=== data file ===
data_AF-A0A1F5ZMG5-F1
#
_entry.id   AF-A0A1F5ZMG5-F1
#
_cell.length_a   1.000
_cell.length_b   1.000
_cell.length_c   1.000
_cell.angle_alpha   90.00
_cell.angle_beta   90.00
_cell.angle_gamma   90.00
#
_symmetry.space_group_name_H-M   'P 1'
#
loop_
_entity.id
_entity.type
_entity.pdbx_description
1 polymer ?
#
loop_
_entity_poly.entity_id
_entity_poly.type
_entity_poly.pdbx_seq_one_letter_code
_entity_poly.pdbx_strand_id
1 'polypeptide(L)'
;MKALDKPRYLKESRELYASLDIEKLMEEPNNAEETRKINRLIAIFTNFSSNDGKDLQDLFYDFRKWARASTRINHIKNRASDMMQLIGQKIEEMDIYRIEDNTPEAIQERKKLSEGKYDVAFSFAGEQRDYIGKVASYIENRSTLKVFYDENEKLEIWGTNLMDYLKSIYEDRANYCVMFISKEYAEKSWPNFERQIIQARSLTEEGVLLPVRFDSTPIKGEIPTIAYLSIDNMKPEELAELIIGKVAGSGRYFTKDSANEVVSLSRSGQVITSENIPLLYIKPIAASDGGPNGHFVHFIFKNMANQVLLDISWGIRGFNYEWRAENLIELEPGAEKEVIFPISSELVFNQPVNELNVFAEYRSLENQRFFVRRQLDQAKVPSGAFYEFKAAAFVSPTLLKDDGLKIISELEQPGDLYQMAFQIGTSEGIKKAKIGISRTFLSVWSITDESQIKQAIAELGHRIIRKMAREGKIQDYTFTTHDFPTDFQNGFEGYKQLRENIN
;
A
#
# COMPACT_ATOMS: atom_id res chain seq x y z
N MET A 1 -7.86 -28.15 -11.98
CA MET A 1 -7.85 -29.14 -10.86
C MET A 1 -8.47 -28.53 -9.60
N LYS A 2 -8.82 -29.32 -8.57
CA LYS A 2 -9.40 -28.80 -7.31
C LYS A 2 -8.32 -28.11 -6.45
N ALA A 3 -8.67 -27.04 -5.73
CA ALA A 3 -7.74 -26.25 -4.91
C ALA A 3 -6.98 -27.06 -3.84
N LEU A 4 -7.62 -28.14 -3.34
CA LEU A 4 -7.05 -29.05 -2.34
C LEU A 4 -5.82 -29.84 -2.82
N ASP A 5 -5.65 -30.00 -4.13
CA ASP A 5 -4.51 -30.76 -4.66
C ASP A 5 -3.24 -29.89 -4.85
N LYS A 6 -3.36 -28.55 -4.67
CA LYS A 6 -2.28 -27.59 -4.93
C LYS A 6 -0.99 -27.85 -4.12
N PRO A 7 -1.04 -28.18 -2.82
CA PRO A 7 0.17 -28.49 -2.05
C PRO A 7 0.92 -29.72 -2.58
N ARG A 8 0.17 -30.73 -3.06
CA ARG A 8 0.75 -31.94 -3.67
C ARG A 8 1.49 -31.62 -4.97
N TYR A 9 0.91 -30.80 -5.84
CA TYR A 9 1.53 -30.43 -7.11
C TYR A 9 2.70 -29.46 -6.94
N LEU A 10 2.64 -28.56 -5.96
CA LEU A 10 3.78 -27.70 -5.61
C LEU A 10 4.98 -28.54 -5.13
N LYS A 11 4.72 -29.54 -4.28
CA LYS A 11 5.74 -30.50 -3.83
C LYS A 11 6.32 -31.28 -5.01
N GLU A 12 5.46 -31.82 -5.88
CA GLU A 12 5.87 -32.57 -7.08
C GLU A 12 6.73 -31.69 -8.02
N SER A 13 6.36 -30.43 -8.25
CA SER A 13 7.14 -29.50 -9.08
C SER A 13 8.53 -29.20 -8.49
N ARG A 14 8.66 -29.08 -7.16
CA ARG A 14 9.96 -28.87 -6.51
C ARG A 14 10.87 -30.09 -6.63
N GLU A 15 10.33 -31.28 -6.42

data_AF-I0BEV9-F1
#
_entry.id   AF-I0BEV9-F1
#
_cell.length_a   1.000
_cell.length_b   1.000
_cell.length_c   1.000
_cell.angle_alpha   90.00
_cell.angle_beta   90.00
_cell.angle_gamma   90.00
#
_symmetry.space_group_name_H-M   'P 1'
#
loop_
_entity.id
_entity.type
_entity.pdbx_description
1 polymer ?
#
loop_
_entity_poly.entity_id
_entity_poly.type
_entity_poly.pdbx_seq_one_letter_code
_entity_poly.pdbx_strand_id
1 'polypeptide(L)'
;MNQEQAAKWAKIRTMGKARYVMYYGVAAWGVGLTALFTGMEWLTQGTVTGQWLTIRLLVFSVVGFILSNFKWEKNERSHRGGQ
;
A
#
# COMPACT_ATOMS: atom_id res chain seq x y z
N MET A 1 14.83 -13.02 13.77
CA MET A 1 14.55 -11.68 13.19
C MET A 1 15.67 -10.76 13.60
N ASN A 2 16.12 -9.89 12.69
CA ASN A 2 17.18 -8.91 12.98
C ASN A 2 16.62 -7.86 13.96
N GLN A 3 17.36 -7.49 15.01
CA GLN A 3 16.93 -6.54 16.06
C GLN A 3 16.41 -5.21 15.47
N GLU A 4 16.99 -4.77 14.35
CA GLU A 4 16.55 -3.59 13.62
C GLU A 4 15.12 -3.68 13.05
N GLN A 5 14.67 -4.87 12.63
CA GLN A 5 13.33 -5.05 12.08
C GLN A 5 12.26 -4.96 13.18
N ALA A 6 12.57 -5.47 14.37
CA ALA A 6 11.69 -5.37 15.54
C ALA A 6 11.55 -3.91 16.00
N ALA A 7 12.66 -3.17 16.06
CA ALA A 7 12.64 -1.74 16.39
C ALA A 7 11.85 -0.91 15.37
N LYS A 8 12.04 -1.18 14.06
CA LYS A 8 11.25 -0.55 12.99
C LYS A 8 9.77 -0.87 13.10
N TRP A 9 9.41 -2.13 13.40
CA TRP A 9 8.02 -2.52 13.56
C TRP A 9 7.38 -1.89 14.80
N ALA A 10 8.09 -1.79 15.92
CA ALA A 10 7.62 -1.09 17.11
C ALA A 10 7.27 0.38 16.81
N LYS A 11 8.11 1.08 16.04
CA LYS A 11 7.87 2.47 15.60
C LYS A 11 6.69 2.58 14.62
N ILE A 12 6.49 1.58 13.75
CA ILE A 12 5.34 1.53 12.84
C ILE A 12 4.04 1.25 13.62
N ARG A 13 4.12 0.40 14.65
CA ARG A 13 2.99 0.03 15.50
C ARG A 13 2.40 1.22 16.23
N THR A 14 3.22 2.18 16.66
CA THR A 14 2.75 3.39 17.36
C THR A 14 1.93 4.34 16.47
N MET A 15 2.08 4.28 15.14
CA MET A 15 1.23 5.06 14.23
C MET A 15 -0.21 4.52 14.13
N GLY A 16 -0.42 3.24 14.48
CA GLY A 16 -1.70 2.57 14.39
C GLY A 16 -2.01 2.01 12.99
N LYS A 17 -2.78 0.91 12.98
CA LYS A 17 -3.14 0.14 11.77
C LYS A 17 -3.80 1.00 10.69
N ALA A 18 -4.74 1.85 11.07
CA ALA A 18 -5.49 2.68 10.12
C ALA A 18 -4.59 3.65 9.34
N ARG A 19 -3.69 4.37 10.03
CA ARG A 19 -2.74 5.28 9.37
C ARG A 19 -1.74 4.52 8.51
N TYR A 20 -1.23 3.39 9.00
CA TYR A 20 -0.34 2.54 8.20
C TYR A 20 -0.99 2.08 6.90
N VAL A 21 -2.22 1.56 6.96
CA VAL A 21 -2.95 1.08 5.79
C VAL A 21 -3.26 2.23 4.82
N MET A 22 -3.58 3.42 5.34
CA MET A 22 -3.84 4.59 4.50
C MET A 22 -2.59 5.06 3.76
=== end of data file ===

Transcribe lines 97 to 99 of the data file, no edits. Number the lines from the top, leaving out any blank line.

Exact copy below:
_entity_poly.pdbx_strand_id
1 'polypeptide(L)'
;MNQEQAAKWAKIRTMGKARYVMYYGVAAWGVGLTALFTGMEWLTQGTVTGQWLTIRLLVFSVVGFILSNFKWEKNERSHRGGQ